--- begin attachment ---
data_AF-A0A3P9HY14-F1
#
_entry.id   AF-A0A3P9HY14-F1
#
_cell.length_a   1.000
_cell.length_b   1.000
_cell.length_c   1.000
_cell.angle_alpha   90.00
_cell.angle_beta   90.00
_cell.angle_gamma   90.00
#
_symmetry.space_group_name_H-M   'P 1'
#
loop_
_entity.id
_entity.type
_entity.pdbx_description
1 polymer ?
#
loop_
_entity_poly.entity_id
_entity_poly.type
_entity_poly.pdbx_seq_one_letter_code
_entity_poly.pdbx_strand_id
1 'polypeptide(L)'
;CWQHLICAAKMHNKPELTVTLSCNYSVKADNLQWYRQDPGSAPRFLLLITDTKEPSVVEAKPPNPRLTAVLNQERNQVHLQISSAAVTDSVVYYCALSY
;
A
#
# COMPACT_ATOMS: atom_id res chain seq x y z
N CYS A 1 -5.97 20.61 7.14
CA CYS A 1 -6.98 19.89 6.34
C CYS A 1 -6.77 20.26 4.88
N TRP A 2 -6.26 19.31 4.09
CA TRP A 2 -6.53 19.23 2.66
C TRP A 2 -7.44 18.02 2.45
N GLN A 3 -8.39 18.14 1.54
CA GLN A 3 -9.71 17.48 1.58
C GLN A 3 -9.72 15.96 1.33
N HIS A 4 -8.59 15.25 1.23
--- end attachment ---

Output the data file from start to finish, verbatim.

data_AF-A0A3P9HY14-F1
#
_entry.id   AF-A0A3P9HY14-F1
#
_cell.length_a   1.000
_cell.length_b   1.000
_cell.length_c   1.000
_cell.angle_alpha   90.00
_cell.angle_beta   90.00
_cell.angle_gamma   90.00
#
_symmetry.space_group_name_H-M   'P 1'
#
loop_
_entity.id
_entity.type
_entity.pdbx_description
1 polymer ?
#
loop_
_entity_poly.entity_id
_entity_poly.type
_entity_poly.pdbx_seq_one_letter_code
_entity_poly.pdbx_strand_id
1 'polypeptide(L)'
;CWQHLICAAKMHNKPELTVTLSCNYSVKADNLQWYRQDPGSAPRFLLLITDTKEPSVVEAKPPNPRLTAVLNQERNQVHLQISSAAVTDSVVYYCALSY
;
A
#
# COMPACT_ATOMS: atom_id res chain seq x y z
N CYS A 1 -5.97 20.61 7.14
CA CYS A 1 -6.98 19.89 6.34
C CYS A 1 -6.77 20.26 4.88
N TRP A 2 -6.26 19.31 4.09
CA TRP A 2 -6.53 19.23 2.66
C TRP A 2 -7.44 18.02 2.45
N GLN A 3 -8.39 18.14 1.54
CA GLN A 3 -9.71 17.48 1.58
C GLN A 3 -9.72 15.96 1.33
N HIS A 4 -8.59 15.25 1.23